‘Beting Patinggi Ali Malaysia’s, not subject to overlapping claims’


KUALA LUMPUR: Gugusan Beting Patinggi Ali in the South China Sea belongs to Malaysia and is not subject to overlapping claims, said Foreign Minister Datuk Seri Anifah Aman.

He said the shoals, located about 80 nautical miles from Tanjung Baram, Sarawak, were clearly within the Malaysian Exclusive Economic Zone going by the provisions of the United Nations Convention on the Law of the Sea 1982 (UNCLOS 1982).

UNCLOS 1982 entitles a littoral state like Malaysia to claim an EEZ and continental shelves up to 200 nautical miles from shore, he added.

As such, Malaysian fishermen were free to fish in the EEZ and any foreign coast guard vessel entering the area could be assumed to be encroaching, he said when contacted by Bernama.

Anifah was asked for his comments on recent media reports that fishermen from Miri, Sarawak, had been chased away by China’s coast guard personnel who were always present in these shoals.

Anifah said appropriate measures were always taken to ensure the preservation of national interests in the South China Sea.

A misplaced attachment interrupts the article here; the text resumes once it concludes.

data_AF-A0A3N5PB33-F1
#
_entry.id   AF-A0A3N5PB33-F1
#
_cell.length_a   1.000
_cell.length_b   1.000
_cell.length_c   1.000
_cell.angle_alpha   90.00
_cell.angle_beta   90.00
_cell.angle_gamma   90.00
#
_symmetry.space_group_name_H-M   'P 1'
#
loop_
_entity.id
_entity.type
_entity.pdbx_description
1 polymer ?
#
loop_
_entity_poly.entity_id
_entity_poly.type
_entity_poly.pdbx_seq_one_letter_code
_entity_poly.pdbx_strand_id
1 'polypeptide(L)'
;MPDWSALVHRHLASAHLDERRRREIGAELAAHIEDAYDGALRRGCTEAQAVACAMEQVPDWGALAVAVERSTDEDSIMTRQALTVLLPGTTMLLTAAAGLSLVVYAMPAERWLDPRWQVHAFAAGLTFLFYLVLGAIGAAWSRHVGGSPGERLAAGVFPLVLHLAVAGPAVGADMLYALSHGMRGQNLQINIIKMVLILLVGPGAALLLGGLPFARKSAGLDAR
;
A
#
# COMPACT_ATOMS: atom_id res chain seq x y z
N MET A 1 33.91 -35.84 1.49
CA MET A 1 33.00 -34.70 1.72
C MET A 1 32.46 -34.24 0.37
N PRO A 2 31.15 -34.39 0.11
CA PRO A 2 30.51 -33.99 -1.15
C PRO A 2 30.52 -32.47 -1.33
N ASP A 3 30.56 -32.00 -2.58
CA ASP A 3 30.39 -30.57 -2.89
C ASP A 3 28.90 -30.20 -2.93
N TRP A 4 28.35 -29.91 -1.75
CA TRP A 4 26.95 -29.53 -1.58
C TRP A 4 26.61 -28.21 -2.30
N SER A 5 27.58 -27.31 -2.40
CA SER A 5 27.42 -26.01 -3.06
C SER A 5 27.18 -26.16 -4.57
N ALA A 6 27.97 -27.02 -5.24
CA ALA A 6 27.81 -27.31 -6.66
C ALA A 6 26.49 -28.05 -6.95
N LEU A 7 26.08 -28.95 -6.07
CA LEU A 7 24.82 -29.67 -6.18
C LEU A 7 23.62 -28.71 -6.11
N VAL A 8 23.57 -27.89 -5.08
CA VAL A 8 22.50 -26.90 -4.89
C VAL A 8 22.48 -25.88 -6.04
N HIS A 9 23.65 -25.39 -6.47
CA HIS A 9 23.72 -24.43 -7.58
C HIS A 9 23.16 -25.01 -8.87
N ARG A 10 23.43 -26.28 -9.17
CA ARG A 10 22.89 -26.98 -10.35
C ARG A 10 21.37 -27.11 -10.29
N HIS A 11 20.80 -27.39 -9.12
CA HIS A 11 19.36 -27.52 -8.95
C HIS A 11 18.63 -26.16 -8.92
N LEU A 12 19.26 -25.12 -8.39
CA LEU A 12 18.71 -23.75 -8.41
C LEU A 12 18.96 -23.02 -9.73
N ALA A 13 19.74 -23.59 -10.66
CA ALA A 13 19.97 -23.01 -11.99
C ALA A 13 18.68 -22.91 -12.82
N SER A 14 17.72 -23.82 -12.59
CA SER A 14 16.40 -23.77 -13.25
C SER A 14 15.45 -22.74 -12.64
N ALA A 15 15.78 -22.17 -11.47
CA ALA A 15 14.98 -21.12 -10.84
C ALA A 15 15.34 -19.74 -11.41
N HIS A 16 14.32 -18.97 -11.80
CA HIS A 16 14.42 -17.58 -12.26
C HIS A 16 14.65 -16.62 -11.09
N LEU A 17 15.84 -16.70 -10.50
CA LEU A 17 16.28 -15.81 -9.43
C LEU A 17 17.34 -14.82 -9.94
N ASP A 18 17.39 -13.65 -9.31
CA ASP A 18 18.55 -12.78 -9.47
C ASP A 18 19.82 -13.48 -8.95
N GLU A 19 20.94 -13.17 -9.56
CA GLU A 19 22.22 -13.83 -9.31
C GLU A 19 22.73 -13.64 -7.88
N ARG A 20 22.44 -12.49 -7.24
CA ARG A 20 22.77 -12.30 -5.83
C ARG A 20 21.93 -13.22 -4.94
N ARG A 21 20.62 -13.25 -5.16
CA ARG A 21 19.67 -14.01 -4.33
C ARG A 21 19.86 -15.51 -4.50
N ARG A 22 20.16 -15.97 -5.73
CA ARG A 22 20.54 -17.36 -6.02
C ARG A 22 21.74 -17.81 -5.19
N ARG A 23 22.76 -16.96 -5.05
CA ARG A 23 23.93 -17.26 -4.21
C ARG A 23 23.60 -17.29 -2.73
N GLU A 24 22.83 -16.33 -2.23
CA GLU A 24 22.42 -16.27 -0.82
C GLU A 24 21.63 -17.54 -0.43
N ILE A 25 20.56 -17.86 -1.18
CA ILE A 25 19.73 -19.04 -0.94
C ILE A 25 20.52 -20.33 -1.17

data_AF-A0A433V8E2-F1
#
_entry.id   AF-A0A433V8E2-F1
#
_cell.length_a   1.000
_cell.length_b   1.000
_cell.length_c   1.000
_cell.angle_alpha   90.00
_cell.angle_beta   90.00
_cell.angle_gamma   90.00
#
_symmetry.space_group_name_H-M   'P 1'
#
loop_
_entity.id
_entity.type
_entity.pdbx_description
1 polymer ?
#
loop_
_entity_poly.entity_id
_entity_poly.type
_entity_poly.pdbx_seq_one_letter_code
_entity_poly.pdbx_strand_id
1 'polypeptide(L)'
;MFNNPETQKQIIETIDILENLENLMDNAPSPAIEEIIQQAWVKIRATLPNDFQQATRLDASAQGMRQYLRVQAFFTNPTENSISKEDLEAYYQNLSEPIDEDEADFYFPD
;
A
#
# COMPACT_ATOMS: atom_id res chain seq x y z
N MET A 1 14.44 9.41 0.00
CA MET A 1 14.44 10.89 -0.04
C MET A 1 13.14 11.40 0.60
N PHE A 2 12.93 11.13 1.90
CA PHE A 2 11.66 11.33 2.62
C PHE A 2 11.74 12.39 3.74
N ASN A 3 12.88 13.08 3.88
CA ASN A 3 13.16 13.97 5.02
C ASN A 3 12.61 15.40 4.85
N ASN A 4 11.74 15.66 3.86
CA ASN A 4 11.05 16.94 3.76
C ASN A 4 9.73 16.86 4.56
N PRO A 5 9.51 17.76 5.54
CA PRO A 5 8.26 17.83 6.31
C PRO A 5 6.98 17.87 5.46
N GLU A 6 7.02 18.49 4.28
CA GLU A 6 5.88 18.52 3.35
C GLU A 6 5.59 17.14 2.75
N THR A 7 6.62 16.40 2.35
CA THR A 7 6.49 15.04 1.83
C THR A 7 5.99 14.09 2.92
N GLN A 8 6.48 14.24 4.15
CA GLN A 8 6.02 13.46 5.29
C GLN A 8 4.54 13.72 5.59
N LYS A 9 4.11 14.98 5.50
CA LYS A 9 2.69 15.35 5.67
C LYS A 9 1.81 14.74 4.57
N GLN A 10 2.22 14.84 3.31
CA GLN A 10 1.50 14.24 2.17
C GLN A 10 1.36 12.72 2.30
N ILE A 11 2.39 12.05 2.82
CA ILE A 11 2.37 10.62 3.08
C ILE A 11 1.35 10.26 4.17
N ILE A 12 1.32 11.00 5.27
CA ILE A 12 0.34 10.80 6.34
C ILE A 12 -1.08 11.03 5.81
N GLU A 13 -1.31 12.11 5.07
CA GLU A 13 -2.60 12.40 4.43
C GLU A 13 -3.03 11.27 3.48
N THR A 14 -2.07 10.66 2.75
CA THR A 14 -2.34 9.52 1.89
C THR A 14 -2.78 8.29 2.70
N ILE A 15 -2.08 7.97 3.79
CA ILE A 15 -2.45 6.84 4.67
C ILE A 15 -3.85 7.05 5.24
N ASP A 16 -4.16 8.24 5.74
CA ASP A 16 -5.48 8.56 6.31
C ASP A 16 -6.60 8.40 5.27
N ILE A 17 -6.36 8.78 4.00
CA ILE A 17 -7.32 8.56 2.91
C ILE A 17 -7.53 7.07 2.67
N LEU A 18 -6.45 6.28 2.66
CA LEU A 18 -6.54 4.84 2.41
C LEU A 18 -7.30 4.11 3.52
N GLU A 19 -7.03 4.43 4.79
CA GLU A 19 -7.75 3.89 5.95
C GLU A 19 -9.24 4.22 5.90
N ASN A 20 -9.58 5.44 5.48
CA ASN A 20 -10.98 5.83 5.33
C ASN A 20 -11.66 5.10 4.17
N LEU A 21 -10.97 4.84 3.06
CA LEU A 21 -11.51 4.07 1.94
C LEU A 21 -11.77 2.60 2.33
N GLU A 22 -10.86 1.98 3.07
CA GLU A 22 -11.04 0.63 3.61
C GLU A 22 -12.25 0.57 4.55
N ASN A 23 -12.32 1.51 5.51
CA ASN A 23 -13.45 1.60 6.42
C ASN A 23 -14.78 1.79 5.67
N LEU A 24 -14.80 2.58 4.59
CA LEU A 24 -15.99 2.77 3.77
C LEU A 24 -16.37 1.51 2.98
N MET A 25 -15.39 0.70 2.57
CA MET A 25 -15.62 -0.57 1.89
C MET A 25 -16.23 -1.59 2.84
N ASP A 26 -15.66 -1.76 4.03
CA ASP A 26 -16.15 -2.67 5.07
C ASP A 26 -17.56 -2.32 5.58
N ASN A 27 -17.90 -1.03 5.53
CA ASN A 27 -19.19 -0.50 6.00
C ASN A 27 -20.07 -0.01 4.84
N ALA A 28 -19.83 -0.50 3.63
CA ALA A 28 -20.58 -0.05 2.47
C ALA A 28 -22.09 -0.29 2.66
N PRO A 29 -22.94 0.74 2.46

“These include patrols and surveillance as well as enforcement activities,” he said.

The minister said vessels from the Royal Malaysia Navy and Malaysia Maritime Enforcement Agency (MMEA) patrolled the waters of Gugusan Beti Patinggi Ali, 65 nautical miles north-west of Miri, to safeguard the nation’s sovereignty in the area.

“As such, local fishermen do not have to be afraid of fishing in the Gugusan Beting Patinggi Ali area,” he said.

China coast guard vessels have reportedly anchored in the waters of Gugusan Beting Patinggi Ali and had been monitored since 2013 without any provocation by either country.

Last August, Minister in the Prime Minister’s Department Datuk Seri Shahidan Kassim, who holds responsibility over MMEA, said the government had been sending diplomatic notes almost every week and would continue with the diplomatic protest against encroachment by the foreign vessels. — Bernama